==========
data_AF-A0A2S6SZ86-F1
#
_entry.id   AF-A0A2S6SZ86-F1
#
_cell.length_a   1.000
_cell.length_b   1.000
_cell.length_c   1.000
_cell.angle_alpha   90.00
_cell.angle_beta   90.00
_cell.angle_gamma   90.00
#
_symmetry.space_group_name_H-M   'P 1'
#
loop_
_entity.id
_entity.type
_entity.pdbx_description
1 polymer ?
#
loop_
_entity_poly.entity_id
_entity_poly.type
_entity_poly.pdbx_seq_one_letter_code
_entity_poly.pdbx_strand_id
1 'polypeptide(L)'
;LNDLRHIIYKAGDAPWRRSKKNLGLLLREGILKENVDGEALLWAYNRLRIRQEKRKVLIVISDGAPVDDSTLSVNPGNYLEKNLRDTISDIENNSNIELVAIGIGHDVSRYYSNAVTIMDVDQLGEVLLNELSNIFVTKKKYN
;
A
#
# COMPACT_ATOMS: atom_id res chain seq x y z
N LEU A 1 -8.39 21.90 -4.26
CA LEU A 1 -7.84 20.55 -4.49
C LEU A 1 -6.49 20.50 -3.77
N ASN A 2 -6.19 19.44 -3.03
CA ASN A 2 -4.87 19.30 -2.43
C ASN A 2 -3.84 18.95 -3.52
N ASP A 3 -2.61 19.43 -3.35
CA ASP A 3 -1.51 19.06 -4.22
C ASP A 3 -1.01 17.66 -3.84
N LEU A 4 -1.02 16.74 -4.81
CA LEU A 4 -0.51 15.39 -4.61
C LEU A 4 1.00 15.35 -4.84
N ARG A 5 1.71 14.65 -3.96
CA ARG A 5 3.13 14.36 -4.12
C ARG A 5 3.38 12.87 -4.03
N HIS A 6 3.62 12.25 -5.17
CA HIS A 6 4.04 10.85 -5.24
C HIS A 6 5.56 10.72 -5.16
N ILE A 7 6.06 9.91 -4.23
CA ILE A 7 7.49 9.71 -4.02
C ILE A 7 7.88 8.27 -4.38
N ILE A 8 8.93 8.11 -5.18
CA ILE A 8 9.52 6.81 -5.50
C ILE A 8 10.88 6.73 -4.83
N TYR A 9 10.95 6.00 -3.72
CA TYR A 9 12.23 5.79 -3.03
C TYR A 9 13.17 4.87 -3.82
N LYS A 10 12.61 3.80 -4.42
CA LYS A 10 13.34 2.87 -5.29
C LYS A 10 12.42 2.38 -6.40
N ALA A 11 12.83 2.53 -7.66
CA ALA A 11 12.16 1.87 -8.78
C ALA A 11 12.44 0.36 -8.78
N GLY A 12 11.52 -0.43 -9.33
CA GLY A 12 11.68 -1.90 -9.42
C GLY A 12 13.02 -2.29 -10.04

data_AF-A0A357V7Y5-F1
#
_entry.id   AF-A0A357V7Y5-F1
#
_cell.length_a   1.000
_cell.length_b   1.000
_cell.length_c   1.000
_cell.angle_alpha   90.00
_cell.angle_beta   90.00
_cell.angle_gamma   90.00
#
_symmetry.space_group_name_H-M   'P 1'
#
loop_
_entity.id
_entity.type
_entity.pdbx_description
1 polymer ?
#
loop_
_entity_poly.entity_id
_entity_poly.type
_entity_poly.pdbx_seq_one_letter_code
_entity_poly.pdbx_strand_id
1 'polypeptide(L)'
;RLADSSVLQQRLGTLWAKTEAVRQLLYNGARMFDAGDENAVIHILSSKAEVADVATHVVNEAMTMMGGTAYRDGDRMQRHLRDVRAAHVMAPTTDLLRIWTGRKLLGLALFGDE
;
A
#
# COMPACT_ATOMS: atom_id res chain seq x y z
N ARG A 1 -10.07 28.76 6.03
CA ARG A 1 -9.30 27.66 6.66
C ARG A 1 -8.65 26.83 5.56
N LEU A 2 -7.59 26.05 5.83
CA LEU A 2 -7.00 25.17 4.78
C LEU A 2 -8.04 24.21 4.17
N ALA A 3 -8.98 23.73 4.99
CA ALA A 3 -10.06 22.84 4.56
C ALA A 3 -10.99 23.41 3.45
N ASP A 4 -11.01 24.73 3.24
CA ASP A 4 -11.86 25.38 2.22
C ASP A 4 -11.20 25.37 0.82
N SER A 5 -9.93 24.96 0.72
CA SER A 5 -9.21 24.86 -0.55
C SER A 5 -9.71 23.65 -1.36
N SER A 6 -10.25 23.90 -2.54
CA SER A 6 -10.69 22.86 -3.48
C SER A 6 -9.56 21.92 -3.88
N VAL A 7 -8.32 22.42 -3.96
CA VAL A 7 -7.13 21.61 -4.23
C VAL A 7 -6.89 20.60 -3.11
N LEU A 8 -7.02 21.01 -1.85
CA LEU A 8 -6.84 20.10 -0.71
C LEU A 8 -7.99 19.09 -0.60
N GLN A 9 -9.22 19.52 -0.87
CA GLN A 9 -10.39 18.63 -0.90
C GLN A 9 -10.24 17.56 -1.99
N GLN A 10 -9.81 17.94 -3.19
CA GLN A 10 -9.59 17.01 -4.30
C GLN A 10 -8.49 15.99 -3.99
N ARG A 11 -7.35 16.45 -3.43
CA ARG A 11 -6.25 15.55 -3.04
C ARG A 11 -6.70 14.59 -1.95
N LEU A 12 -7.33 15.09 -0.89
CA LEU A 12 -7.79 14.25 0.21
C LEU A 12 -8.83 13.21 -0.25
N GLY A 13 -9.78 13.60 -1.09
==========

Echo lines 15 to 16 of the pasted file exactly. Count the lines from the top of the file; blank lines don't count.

_entity.id
_entity.type